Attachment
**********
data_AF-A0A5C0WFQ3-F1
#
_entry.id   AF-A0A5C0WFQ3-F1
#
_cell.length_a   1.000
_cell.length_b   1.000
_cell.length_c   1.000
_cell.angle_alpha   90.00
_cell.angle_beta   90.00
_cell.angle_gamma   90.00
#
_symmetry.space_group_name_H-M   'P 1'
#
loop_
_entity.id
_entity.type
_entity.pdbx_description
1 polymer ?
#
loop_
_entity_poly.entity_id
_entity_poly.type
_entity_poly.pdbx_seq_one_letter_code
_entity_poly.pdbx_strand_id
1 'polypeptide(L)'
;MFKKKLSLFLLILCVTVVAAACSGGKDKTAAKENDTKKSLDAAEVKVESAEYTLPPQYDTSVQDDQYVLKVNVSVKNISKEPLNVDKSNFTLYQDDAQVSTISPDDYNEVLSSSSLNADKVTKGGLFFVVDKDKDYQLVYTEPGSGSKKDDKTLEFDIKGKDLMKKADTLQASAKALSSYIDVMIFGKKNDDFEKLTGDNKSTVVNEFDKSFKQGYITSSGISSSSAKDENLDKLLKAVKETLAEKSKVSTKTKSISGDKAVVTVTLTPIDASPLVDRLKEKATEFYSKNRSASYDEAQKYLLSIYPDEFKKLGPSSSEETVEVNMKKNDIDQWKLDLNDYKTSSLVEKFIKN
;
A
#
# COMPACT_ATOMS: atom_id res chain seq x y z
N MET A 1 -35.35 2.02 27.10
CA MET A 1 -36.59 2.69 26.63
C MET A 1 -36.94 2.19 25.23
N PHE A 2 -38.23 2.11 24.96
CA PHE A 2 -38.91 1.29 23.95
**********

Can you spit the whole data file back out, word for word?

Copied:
data_AF-A0A5C0WFQ3-F1
#
_entry.id   AF-A0A5C0WFQ3-F1
#
_cell.length_a   1.000
_cell.length_b   1.000
_cell.length_c   1.000
_cell.angle_alpha   90.00
_cell.angle_beta   90.00
_cell.angle_gamma   90.00
#
_symmetry.space_group_name_H-M   'P 1'
#
loop_
_entity.id
_entity.type
_entity.pdbx_description
1 polymer ?
#
loop_
_entity_poly.entity_id
_entity_poly.type
_entity_poly.pdbx_seq_one_letter_code
_entity_poly.pdbx_strand_id
1 'polypeptide(L)'
;MFKKKLSLFLLILCVTVVAAACSGGKDKTAAKENDTKKSLDAAEVKVESAEYTLPPQYDTSVQDDQYVLKVNVSVKNISKEPLNVDKSNFTLYQDDAQVSTISPDDYNEVLSSSSLNADKVTKGGLFFVVDKDKDYQLVYTEPGSGSKKDDKTLEFDIKGKDLMKKADTLQASAKALSSYIDVMIFGKKNDDFEKLTGDNKSTVVNEFDKSFKQGYITSSGISSSSAKDENLDKLLKAVKETLAEKSKVSTKTKSISGDKAVVTVTLTPIDASPLVDRLKEKATEFYSKNRSASYDEAQKYLLSIYPDEFKKLGPSSSEETVEVNMKKNDIDQWKLDLNDYKTSSLVEKFIKN
;
A
#
# COMPACT_ATOMS: atom_id res chain seq x y z
N MET A 1 -35.35 2.02 27.10
CA MET A 1 -36.59 2.69 26.63
C MET A 1 -36.94 2.19 25.23
N PHE A 2 -38.23 2.11 24.96
CA PHE A 2 -38.91 1.29 23.95